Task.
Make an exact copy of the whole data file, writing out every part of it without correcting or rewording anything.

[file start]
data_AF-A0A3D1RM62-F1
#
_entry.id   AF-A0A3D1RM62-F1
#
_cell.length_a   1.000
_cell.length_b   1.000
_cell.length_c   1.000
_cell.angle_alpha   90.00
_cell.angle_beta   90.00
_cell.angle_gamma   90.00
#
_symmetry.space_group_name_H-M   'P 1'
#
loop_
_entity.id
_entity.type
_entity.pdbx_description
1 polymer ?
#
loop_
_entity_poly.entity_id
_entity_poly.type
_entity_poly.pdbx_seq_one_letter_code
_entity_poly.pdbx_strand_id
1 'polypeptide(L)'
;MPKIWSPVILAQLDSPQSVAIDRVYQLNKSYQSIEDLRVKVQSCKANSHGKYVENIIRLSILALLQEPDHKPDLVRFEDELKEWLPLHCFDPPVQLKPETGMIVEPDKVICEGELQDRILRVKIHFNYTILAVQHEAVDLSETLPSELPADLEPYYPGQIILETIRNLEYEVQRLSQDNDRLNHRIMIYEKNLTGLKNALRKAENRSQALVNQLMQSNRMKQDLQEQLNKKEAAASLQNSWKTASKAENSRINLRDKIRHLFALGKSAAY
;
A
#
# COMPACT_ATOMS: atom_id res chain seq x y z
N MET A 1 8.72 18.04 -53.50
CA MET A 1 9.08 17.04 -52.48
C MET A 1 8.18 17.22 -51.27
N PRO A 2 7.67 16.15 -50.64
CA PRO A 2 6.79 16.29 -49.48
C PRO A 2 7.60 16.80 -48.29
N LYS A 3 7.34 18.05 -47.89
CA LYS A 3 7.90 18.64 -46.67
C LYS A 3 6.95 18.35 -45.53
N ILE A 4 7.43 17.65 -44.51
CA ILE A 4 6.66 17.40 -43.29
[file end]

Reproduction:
data_AF-A0A3D1RM62-F1
#
_entry.id   AF-A0A3D1RM62-F1
#
_cell.length_a   1.000
_cell.length_b   1.000
_cell.length_c   1.000
_cell.angle_alpha   90.00
_cell.angle_beta   90.00
_cell.angle_gamma   90.00
#
_symmetry.space_group_name_H-M   'P 1'
#
loop_
_entity.id
_entity.type
_entity.pdbx_description
1 polymer ?
#
loop_
_entity_poly.entity_id
_entity_poly.type
_entity_poly.pdbx_seq_one_letter_code
_entity_poly.pdbx_strand_id
1 'polypeptide(L)'
;MPKIWSPVILAQLDSPQSVAIDRVYQLNKSYQSIEDLRVKVQSCKANSHGKYVENIIRLSILALLQEPDHKPDLVRFEDELKEWLPLHCFDPPVQLKPETGMIVEPDKVICEGELQDRILRVKIHFNYTILAVQHEAVDLSETLPSELPADLEPYYPGQIILETIRNLEYEVQRLSQDNDRLNHRIMIYEKNLTGLKNALRKAENRSQALVNQLMQSNRMKQDLQEQLNKKEAAASLQNSWKTASKAENSRINLRDKIRHLFALGKSAAY
;
A
#
# COMPACT_ATOMS: atom_id res chain seq x y z
N MET A 1 8.72 18.04 -53.50
CA MET A 1 9.08 17.04 -52.48
C MET A 1 8.18 17.22 -51.27
N PRO A 2 7.67 16.15 -50.64
CA PRO A 2 6.79 16.29 -49.48
C PRO A 2 7.60 16.80 -48.29
N LYS A 3 7.34 18.05 -47.89
CA LYS A 3 7.90 18.64 -46.67
C LYS A 3 6.95 18.35 -45.53
N ILE A 4 7.43 17.65 -44.51
CA ILE A 4 6.66 17.40 -43.29